Andre the father was largely absent to his son while young Andre was growing up, according to Dubus III, who writes of their relationship in his memoir Townie. He was a mystery, a vacuum, a hurt. I know what that’s like. And yet father and son shared this DNA of creativity, a writer’s heart, and it shows through for the son. I hope to hear more about that when he speaks tomorrow night as part of Ashley Hall’s Visiting Writers Series.

For now, these nuggets (think of them as Candy Corn for the Writer’s Soul) will hopefully tide you over. Wisdom for writers from Andre Dubus III, as published in Writer’s Digest:

“I really think that if there’s any one enemy to human creativity, especially creative writing, its self-consciousness. And if you have one eye on the mirror to see how you’re doing, you’re not doing it as well as you can. Don’t think about publishing, don’t think about editors, don’t think about marketplace.”

“I think the deeper you go into questions, the deeper or more interesting the questions get. And I think that’s the job of art.”

“I still have my truck, and I still have my carpentry tools, and if this writing thing dries up on a publishing level—it’s never gonna dry up for me on an artistic level because I’m never going to quit—but if all the sudden I were out in the cold in the publishing world, them I’m gonna build you a kitchen. I’m gonna do your roof. I would rather do that than sell my soul to the publishing devil. I just won’t do it.”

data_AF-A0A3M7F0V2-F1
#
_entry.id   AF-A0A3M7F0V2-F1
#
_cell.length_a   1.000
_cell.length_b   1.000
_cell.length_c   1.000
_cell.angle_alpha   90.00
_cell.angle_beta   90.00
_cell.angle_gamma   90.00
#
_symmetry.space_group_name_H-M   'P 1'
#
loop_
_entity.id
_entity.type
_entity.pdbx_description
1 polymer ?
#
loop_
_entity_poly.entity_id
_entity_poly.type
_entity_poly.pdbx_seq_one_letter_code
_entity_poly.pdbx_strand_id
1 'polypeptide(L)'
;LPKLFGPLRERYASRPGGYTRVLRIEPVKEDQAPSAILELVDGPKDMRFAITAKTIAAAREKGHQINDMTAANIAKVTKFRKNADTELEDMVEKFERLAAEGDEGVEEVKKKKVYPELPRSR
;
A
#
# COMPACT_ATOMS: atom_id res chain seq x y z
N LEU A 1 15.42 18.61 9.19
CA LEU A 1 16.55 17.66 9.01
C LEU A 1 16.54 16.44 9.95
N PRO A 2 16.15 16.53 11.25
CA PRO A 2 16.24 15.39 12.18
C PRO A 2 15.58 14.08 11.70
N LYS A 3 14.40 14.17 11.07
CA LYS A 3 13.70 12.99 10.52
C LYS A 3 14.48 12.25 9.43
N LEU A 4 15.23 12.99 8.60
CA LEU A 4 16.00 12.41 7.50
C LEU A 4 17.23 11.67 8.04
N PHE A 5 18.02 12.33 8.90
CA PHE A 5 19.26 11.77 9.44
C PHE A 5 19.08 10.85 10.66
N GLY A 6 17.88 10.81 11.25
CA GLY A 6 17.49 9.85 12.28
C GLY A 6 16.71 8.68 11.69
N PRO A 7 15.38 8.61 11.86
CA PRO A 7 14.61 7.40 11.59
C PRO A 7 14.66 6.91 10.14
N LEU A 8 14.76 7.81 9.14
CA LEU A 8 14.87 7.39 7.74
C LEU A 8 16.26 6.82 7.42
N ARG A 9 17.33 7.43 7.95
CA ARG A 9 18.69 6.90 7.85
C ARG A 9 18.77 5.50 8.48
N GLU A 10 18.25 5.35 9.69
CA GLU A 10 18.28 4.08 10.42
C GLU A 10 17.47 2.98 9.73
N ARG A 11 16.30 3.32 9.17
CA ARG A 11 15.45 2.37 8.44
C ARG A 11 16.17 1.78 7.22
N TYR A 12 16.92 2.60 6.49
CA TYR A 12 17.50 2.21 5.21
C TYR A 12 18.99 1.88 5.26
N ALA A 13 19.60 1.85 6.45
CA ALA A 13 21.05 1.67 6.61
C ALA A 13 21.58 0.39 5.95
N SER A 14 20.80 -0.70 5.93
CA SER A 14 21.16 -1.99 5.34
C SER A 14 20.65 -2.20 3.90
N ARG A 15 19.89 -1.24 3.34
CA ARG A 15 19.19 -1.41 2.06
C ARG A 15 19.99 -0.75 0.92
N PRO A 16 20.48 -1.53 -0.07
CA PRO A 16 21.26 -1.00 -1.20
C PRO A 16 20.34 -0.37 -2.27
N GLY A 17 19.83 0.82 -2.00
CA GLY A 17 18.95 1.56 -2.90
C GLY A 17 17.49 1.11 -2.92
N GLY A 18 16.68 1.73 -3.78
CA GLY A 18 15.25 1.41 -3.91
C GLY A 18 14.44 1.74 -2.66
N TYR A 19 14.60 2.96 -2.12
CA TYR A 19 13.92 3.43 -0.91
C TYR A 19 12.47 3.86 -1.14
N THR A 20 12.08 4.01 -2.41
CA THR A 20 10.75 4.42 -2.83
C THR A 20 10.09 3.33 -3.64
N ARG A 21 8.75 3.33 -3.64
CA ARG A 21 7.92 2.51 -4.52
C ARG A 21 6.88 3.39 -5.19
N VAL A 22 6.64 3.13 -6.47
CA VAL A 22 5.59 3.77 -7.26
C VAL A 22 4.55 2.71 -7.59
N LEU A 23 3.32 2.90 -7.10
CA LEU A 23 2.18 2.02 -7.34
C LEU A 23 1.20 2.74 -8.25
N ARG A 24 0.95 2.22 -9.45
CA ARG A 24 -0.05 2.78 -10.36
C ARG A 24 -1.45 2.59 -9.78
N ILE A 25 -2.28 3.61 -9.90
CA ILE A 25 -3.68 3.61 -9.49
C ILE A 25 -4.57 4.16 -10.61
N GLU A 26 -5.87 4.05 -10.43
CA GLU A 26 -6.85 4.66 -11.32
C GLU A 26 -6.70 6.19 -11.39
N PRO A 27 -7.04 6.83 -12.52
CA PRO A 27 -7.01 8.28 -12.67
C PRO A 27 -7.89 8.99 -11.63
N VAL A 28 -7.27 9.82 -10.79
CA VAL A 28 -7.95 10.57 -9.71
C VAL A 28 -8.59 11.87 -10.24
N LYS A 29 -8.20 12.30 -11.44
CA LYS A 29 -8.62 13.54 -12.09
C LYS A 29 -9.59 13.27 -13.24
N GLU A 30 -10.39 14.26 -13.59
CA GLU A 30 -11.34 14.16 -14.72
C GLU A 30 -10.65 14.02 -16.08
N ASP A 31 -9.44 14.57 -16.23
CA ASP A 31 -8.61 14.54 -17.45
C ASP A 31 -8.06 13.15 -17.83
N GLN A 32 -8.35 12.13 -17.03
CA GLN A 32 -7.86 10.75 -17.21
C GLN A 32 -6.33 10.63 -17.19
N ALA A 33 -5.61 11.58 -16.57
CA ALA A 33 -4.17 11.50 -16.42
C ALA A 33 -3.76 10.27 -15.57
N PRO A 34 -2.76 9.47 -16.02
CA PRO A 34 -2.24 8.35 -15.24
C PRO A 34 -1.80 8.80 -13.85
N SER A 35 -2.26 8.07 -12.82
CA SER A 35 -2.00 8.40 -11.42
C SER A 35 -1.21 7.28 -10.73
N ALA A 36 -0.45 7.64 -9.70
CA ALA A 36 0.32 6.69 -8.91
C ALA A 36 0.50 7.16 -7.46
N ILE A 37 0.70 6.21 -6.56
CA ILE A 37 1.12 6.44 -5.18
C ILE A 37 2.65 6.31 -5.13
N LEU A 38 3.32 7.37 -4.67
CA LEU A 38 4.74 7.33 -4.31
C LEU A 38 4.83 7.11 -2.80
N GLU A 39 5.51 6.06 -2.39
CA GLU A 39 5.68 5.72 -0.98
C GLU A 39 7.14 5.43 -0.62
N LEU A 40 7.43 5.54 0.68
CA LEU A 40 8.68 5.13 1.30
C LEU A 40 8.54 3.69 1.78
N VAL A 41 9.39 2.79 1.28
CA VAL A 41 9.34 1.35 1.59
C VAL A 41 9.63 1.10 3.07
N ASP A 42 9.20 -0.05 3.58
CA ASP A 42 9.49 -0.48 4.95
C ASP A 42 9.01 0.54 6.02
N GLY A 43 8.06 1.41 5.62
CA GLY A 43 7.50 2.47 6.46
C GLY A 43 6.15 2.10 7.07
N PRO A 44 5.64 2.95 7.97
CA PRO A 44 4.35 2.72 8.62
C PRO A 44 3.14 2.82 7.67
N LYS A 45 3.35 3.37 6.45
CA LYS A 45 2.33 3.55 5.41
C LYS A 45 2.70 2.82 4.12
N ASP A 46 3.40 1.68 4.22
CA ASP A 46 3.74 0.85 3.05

“Even a day writing badly for me is 10 times better than a day where I don’t write at all.”

Ashley Hall, Tues Oct 30, 7:00 P.M.
Sottile Thompson Recital Hall

Andre Dubus III is the author of five books: The Cage Keeper and Other Stories, Bluesman, and the New York Times bestsellers,House of Sand and Fog, The Garden of Last Days, and his memoir,Townie, a #4 New York Times bestseller and a New York Times “Editors Choice.” It is named on many “Top Non-fiction Books of 2011” lists, including The New York Times, Publishers Weekly, The Library journal, Kirkus Reviews, and Esquire magazine. His work has been included in The Best American Essays of 1994 and The Best Spiritual Writing of 1999. He has been awarded a Guggenheim Fellowship, The National Magazine Award for fiction, The Pushcart Prize, and was a Finalist for the National Book Award, the Rome Prize Fellowship from the American Academy of Arts and Letters, and is a 2012 recipient of an American Academy of Arts and Letters Award in Literature.

For more information about tomorrow night’s event, contact Dr. Nick Bozanic at 843-720-2855.

For more head to the source at ashleyhall.org.